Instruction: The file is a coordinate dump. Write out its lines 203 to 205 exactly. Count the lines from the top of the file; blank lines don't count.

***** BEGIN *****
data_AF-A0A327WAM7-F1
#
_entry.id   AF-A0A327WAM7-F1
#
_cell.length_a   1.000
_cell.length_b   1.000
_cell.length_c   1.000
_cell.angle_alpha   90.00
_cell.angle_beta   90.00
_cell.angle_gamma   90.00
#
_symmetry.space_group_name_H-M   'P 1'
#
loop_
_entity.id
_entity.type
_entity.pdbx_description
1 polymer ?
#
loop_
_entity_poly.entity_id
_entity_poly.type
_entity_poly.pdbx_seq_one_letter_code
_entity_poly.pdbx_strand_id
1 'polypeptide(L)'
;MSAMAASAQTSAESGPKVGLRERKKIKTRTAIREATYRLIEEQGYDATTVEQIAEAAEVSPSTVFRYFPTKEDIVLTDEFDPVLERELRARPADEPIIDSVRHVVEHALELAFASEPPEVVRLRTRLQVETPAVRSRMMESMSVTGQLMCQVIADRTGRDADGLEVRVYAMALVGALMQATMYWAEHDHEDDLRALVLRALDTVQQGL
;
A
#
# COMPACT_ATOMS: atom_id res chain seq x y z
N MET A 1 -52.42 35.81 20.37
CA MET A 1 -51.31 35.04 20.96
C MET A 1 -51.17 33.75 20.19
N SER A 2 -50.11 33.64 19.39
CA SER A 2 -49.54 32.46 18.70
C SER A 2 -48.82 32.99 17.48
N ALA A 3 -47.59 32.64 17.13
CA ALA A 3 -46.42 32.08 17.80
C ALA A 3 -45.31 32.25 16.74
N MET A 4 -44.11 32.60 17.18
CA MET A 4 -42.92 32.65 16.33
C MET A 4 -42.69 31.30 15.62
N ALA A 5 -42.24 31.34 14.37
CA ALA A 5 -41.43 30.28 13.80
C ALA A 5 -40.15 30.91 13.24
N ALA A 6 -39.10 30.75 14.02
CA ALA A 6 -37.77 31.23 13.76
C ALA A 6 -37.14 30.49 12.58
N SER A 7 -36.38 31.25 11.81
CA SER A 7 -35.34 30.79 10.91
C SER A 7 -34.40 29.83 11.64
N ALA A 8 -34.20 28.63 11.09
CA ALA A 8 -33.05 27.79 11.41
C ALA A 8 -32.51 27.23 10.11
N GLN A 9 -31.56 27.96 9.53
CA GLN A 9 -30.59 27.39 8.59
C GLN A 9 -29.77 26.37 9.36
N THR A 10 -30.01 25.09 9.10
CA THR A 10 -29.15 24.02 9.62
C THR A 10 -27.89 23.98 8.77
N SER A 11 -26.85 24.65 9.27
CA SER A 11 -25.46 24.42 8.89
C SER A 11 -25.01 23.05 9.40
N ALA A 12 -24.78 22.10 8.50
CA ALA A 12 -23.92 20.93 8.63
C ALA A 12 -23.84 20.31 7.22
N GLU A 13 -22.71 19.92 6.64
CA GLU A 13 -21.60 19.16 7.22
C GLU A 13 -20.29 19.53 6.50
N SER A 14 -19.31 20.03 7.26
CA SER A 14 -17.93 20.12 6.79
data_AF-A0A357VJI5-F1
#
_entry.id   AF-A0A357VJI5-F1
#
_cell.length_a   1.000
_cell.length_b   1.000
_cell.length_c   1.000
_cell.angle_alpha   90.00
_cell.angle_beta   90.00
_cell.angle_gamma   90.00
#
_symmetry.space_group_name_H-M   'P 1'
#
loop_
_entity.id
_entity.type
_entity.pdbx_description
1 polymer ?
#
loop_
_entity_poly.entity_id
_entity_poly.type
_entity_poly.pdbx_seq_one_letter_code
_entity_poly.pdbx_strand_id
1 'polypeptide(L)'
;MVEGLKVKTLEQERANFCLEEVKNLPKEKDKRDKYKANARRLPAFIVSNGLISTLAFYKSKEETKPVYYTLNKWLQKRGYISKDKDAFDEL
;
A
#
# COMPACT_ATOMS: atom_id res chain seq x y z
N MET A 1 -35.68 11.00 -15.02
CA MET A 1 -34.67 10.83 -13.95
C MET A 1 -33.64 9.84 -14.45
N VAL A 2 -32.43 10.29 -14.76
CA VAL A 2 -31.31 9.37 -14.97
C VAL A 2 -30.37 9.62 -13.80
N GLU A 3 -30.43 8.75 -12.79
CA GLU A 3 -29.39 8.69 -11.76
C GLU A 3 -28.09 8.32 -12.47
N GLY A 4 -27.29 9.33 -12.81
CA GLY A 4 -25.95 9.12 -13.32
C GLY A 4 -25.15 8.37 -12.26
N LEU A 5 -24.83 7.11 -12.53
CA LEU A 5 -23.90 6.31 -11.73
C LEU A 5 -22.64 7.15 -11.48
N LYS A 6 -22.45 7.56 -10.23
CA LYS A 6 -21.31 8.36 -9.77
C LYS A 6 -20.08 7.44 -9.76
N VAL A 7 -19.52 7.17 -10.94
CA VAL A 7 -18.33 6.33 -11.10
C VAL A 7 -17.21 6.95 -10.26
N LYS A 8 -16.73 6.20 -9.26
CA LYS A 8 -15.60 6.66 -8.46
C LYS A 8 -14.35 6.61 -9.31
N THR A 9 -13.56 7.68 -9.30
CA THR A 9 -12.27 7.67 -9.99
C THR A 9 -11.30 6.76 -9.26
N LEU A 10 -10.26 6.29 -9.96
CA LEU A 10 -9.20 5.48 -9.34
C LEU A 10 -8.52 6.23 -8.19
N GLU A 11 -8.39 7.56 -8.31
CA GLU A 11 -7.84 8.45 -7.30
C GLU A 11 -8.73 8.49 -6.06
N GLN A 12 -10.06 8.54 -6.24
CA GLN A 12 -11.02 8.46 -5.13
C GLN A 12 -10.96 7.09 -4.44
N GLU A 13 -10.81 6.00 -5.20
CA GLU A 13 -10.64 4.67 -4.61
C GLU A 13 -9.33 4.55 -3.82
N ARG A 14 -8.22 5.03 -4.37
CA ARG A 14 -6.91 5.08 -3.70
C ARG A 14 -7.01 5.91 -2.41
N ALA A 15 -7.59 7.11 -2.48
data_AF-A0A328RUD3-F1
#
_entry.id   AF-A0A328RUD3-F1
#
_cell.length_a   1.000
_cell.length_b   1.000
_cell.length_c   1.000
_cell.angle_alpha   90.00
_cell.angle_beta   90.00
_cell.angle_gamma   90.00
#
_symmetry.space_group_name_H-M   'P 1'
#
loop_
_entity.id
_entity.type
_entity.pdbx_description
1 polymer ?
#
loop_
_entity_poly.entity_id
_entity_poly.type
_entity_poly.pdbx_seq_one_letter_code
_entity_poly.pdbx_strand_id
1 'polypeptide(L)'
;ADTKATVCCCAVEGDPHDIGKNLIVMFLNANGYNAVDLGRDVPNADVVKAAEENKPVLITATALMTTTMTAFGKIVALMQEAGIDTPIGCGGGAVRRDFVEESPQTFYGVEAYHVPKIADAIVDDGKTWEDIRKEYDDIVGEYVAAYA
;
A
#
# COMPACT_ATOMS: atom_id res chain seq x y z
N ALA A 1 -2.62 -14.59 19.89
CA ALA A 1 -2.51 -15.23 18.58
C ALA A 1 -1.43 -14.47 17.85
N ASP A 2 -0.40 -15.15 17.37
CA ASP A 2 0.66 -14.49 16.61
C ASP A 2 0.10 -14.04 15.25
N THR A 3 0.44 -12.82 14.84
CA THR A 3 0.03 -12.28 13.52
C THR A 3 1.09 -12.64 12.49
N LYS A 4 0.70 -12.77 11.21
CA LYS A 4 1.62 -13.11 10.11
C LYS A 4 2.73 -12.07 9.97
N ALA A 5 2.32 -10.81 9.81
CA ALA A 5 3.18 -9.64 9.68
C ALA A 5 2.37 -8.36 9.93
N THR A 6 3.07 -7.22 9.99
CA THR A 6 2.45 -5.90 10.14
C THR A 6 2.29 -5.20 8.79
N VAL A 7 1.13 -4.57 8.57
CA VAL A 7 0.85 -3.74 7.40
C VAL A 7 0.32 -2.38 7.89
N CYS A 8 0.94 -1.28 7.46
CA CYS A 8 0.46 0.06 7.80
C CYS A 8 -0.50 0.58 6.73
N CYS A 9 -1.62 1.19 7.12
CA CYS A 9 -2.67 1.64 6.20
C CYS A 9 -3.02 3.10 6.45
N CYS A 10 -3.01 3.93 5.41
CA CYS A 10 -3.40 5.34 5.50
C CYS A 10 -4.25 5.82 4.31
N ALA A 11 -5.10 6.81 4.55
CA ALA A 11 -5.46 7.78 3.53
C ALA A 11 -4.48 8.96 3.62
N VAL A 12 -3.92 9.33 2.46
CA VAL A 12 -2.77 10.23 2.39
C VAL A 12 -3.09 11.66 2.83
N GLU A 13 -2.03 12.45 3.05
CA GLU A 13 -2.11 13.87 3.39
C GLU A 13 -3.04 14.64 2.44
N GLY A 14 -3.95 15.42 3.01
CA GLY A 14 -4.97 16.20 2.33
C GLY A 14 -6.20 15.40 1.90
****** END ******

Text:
CA CYS A 10 -3.40 5.34 5.50
C CYS A 10 -4.25 5.82 4.31
N ALA A 11 -5.10 6.81 4.55